Another morning. Our stars don’t, like Achilles, sulk in their tents. They rise early to stir their staff, invade their beds, prise open their eyelids. The canteen is fired up. The house creaks. Shooting recommences at dawn. Nappies, potties, bottles, toast and cereal on plastic plates and dishes. Breasts pressed into service; sacred objects clutched. Somewhere in the long morning the scene shifters, grips and gaffers; take a breather, a smoke and a chat about their encounters with particular actors – a mix of bemoaning, boasting and largely unheeded advice. 
“But she’s always sweet with me!”
 “You’re joking. I get it like this every morning” 
“Just don’t let him get away with it.”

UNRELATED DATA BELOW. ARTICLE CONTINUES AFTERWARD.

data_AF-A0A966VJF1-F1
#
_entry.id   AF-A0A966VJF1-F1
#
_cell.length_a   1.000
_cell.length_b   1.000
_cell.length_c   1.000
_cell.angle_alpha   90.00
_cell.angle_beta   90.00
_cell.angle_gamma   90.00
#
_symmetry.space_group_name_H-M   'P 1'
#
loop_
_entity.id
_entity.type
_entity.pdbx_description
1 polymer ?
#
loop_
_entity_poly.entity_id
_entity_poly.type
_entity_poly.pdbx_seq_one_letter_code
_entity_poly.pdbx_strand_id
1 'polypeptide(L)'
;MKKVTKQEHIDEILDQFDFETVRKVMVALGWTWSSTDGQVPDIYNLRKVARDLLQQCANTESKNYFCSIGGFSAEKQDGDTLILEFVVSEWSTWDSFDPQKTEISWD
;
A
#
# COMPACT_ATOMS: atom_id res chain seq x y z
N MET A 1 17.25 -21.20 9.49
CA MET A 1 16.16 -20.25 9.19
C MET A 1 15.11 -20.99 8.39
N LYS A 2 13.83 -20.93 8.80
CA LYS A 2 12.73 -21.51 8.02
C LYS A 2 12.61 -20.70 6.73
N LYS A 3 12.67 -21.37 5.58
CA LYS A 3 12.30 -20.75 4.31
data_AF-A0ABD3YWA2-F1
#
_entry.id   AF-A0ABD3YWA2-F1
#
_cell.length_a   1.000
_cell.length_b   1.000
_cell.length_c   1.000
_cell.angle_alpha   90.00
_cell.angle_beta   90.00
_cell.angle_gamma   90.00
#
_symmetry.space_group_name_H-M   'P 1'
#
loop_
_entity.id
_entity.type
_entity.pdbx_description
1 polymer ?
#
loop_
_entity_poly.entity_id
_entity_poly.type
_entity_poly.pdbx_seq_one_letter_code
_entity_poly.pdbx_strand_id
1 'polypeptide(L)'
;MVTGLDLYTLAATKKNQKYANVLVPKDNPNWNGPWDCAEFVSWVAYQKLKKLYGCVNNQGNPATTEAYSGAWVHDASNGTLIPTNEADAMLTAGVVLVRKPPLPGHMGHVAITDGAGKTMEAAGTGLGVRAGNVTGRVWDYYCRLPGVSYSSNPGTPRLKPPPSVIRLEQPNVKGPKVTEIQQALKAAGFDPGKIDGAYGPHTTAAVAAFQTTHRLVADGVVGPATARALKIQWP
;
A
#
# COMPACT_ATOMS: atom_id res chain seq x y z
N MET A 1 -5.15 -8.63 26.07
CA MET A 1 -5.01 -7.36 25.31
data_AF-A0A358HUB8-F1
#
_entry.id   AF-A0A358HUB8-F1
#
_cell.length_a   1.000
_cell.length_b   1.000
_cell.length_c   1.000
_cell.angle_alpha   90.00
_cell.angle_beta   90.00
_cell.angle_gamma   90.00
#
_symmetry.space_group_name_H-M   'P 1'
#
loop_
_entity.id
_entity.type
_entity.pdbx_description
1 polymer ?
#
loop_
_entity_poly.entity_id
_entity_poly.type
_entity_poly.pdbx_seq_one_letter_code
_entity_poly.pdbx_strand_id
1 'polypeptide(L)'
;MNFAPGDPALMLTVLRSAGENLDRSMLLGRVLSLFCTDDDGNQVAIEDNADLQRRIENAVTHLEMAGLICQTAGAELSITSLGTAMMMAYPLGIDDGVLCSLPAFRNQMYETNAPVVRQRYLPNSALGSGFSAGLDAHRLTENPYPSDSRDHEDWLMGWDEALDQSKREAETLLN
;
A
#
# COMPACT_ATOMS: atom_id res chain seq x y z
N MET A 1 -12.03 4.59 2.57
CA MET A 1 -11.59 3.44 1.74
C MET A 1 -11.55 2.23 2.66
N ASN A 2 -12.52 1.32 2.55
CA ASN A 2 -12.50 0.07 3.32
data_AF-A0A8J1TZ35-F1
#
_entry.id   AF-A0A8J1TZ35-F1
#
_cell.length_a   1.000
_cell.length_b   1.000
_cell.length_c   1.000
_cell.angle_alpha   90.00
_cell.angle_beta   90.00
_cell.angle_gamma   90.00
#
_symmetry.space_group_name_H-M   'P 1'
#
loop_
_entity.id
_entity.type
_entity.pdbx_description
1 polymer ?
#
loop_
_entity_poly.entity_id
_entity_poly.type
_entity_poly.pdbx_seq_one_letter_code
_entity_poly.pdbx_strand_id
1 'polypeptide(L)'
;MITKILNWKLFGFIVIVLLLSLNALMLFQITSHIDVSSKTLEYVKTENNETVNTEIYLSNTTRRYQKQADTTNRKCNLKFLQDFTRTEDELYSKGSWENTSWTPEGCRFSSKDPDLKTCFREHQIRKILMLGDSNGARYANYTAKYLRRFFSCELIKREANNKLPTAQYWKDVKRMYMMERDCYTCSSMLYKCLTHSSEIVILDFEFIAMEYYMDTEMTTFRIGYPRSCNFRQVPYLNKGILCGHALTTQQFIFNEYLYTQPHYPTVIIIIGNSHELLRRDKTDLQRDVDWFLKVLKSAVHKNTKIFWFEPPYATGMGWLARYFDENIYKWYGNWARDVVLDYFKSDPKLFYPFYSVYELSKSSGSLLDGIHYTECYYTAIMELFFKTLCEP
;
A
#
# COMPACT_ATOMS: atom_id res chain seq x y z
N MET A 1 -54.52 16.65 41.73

“I don’t but I think he had a bad night” 
“Yes but you’ve got to let them know the limits” 
I’m an assistant, of little importance on set, with fantasies of how I’d direct the situation; a roadie goffer making cheese toasties, tea and coffee for colleagues, washing up, carrying trays, bagging the extra rubbish, wiping surfaces, straining at my traces, longing for my own place in the sun between the shadows cast by this trio of stars. The work is constant, prolonged, detailed and tedious with much standing around, much sentry duty. To get these children from the house into the car takes several hours. There’s the complicated business of assembling clothes, shoes, beachwear, sun cream – factor 50, hats, picnic things. For days until now the weather has been sublime, the far mountains hazed above a gently ruffled sea – scuffed blue velvet. In the foreground, green lemons, green oranges just above the balcony, with wisteria and bougainvillea; with silver and green of olives and cypress stretching to the near horizon. I’m assembling things for others, things that have little to do with me. It’s a lesson in humility; a lesson in what is for me the ill-practised art of caring for others.